Valid for Submission
P04.41 is a billable diagnosis code used to specify a medical diagnosis of newborn affected by maternal use of cocaine. The code P04.41 is valid during the fiscal year 2021 from October 01, 2020 through September 30, 2021 for the submission of HIPAA-covered transactions.
Index to Diseases and Injuries
The Index to Diseases and Injuries is an alphabetical listing of medical terms, with each term mapped to one or more ICD-10 code(s). The following references for the code P04.41 are found in the index:
- - Absorption
- - Crack baby - P04.41
Convert P04.41 to ICD-9 Code
Information for Patients
Also called: Blow, C, Coca, Coke, Crack, Flake, Snow
Cocaine is a white powder. It can be snorted up the nose or mixed with water and injected with a needle. Cocaine can also be made into small white rocks, called crack. Crack is smoked in a small glass pipe.
Cocaine speeds up your whole body. You may feel full of energy, happy, and excited. But then your mood can change. You can become angry, nervous, and afraid that someone's out to get you. You might do things that make no sense. After the "high" of the cocaine wears off, you can "crash" and feel tired and sad for days. You also get a strong craving to take the drug again to try to feel better.
No matter how cocaine is taken, it is dangerous. Some of the most common serious problems include heart attack and stroke. You are also at risk for HIV/AIDS and hepatitis, from sharing needles or having unsafe sex. Cocaine is more dangerous when combined with other drugs or alcohol.
It is easy to lose control over cocaine use and become addicted. Then, even if you get treatment, it can be hard to stay off the drug. People who stopped using cocaine can still feel strong cravings for the drug, sometimes even years later.
NIH: National Institute on Drug Abuse
- Cocaine withdrawal (Medical Encyclopedia)
- Substance use -- cocaine (Medical Encyclopedia)
- Tips for Teens: The Truth about Cocaine (Substance Abuse and Mental Health Services Administration)
Pregnancy and Substance Abuse
When you are pregnant, you are not just "eating for two." You also breathe and drink for two. If you smoke, use alcohol or take illegal drugs, so does your unborn baby.
To protect your baby, you should avoid
- Tobacco. Smoking during pregnancy passes nicotine, carbon monoxide, and other harmful chemicals to your baby. This could cause many problems for your unborn baby's development. It raises the risk of your baby being born too small, too early, or with birth defects. Smoking can also affect babies after they are born. Your baby would be more likely to develop diseases such as asthma and obesity. There is also a higher risk of dying from sudden infant death syndrome (SIDS).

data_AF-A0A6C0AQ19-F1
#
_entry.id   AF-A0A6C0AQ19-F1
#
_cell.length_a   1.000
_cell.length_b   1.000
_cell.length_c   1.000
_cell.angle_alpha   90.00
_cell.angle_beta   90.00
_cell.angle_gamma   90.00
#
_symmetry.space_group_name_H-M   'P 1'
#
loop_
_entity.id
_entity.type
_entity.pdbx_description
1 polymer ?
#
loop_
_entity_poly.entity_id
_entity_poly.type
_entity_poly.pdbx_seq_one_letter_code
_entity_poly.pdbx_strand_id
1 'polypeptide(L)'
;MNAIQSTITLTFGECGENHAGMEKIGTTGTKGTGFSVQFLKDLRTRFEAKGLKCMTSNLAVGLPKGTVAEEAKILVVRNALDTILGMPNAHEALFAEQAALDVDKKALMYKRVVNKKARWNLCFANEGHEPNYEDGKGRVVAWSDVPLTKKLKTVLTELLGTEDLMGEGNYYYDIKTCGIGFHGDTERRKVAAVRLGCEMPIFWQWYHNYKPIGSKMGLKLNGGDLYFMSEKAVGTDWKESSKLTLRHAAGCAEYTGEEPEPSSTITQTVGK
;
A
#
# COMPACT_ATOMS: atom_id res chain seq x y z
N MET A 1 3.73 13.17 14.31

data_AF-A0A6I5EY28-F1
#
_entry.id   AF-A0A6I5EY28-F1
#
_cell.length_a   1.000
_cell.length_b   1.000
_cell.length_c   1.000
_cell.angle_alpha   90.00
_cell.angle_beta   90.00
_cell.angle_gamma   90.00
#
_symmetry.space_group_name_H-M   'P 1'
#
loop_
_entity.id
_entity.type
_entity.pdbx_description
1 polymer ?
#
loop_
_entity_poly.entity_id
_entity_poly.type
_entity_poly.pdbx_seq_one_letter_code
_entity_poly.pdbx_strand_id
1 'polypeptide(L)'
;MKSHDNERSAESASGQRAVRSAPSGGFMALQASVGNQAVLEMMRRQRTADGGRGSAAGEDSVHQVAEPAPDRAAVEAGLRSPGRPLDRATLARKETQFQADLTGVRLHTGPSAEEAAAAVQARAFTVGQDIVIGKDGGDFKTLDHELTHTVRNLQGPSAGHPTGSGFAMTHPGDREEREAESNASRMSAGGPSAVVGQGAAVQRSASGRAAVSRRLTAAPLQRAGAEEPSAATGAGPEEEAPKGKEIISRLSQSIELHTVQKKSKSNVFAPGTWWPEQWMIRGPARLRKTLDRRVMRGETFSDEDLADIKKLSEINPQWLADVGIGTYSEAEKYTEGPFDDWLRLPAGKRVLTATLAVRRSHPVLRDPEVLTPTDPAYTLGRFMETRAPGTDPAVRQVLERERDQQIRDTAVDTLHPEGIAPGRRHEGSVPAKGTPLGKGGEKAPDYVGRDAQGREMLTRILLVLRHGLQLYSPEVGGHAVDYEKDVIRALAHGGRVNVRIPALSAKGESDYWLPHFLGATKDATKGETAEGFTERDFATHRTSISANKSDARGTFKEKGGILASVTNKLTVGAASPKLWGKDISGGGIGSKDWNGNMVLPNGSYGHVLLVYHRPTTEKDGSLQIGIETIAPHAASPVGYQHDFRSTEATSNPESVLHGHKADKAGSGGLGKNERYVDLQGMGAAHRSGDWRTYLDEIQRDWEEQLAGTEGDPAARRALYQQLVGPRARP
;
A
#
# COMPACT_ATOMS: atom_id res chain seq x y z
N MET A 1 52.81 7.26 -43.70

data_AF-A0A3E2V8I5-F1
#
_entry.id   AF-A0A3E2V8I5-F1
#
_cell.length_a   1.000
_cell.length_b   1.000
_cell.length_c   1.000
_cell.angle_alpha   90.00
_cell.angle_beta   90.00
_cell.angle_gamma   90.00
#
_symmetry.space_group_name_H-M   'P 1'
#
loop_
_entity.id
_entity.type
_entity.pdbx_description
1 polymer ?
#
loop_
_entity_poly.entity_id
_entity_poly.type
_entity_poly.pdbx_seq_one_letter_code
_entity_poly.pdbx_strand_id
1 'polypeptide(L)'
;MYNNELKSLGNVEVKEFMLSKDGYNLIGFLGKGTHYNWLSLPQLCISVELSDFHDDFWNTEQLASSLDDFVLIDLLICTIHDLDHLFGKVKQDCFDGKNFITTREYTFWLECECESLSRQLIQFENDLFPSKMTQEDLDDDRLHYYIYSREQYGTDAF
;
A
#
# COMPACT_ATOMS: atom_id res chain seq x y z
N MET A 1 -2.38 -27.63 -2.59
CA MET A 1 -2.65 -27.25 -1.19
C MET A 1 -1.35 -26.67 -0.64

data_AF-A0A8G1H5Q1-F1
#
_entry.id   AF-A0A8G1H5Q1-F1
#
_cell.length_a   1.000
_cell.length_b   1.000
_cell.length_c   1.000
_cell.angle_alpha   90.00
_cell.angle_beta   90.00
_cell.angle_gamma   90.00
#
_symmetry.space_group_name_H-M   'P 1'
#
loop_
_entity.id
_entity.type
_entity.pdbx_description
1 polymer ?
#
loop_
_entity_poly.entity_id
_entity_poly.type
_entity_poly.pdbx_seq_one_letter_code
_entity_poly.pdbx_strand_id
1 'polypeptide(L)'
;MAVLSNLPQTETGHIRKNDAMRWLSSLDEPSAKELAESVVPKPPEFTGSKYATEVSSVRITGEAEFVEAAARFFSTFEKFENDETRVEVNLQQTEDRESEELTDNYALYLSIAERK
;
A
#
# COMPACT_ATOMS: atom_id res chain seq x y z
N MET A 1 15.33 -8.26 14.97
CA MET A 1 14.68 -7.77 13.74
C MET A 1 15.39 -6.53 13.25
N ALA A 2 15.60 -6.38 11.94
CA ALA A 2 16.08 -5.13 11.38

- Drinking alcohol. There is no known amount of alcohol that is safe for a woman to drink during pregnancy. If you drink alcohol when you are pregnant, your child could be born with lifelong fetal alcohol syndrome disorders (FASD). Children with FASD can have a mix of physical, behavioral, and learning problems.
- Illegal drugs. Using illegal drugs such as cocaine and methamphetamines may cause underweight babies, birth defects, or withdrawal symptoms after birth.
- Misusing prescription drugs. If you are taking prescription medicines, carefully follow your health care provider's instructions. It can be dangerous to take more medicines than you are supposed to, use them to get high, or take someone else's medicines. For example, misusing opioids can cause birth defects, withdrawal in the baby, or even loss of the baby.
If you are pregnant and you are doing any of these things, get help. Your healthcare provider can recommend programs to help you quit. You and your baby's health depend on it.
Dept. of Health and Human Services Office on Women's Health
- Alcohol and pregnancy (Medical Encyclopedia)
- Neonatal abstinence syndrome (Medical Encyclopedia)
- Smoking and Pregnancy (Centers for Disease Control and Prevention)
Uncommon Infant and Newborn Problems
It can be scary when your baby is sick, especially when it is not an everyday problem like a cold or a fever. You may not know whether the problem is serious or how to treat it. If you have concerns about your baby's health, call your health care provider right away.
Learning information about your baby's condition can help ease your worry. Do not be afraid to ask questions about your baby's care. By working together with your health care provider, you make sure that your baby gets the best care possible.
- Brief resolved unexplained event -- BRUE (Medical Encyclopedia)
- Crying - excessive (0-6 months) (Medical Encyclopedia)
- Failure to thrive (Medical Encyclopedia)
- Hemorrhagic disease of the newborn (Medical Encyclopedia)
- Hyperglycemia - infants (Medical Encyclopedia)
- Neonatal respiratory distress syndrome (Medical Encyclopedia)
- Neonatal sepsis (Medical Encyclopedia)
- Neutropenia - infants (Medical Encyclopedia)